The specific ground of demurrer was that the information did not state facts sufficient to constitute an offense against the laws of the state. The statute upon which this information is based (section 4971, Rev. Laws 1910) in part provides:
"It shall be unlawful in any event for either party in such divorce case to marry any other person within six months from the date of the decree of divorcement. * * * Any person marrying contrary to the provisions of this section shall be deemed guilty of bigamy, and such marriage shall be absolutely void."
Section 4972, Rev. Laws 1910, provides:
"Every person convicted of bigamy, as such offense is defined in the foregoing section, shall be punished by imprisonment in the penitentiary for a term of not less than one year nor more than three years."
It is the contention of counsel for the defendant that the above special statutory enactment is directed specifically against the remarriage of parties to divorce actions to any other person within the period of six months from the date of the decree of divorcement, and not against a subsequent cohabitation of the parties in this state; that, in the absence of some such specific provision in the statute to the contrary, the inhibition is against a remarriage within the jurisdiction of the state; that said statute cannot be given an extraterritorial effect. The state contends to the contrary.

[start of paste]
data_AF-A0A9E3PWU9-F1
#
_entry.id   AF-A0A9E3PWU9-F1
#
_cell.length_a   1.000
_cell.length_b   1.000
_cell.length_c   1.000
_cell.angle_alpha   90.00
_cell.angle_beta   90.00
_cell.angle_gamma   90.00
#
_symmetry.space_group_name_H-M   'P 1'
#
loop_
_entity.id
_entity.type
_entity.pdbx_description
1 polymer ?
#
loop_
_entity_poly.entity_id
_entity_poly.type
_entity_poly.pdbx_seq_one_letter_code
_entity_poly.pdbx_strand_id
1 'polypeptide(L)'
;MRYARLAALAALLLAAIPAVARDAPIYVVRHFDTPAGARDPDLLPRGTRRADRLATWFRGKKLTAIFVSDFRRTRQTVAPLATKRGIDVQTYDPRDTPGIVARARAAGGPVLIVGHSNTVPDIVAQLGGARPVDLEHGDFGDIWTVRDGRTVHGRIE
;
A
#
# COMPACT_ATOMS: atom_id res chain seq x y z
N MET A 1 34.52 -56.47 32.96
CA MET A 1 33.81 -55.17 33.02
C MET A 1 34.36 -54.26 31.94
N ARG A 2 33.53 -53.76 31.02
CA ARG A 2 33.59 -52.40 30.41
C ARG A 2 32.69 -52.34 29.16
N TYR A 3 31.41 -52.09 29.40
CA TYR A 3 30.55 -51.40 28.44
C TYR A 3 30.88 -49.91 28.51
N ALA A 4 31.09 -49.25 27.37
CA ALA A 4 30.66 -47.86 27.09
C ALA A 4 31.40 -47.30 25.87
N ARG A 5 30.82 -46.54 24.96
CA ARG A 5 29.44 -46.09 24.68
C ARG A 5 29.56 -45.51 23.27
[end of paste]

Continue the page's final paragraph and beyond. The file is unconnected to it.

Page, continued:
This court is impelled to the conclusion that the contention of counsel for the defendant is correct. It is clear, from a reading of the foregoing statute, that it is directed solely against the remarriage of either party to the divorce proceeding to another person within six months immediately subsequent to the rendition of the decree. There is no specific provision in the statute against the marriage of either party to another person elsewhere than in the state, nor is there any provision against the marriage of either of the parties to another person outside of the state and the subsequent cohabitation of the parties in this state. Some states have enacted statutes defining it to be bigamy for a married person to marry any other person during the life of the former husband or wife, whether the second marriage shall take place in such state or elsewhere, and the party so marrying and returning to such state may be punished in any county where he shall be apprehended. Other states have made punishable the mere act of illegal cohabitation in such state with the second spouse the gist of the offense in either event being the second marriage and subsequent illegal cohabitation. 3 R.C.L. 796, sec. 1; State v. Stewart, 194 Mo. 345, 92 S.W. 878, 112 Am. St. Rep. 529, 5 Ann. Cas.. 963, and cases cited in note thereto. Such statutes have been uniformly held to be valid and constitutional enactments.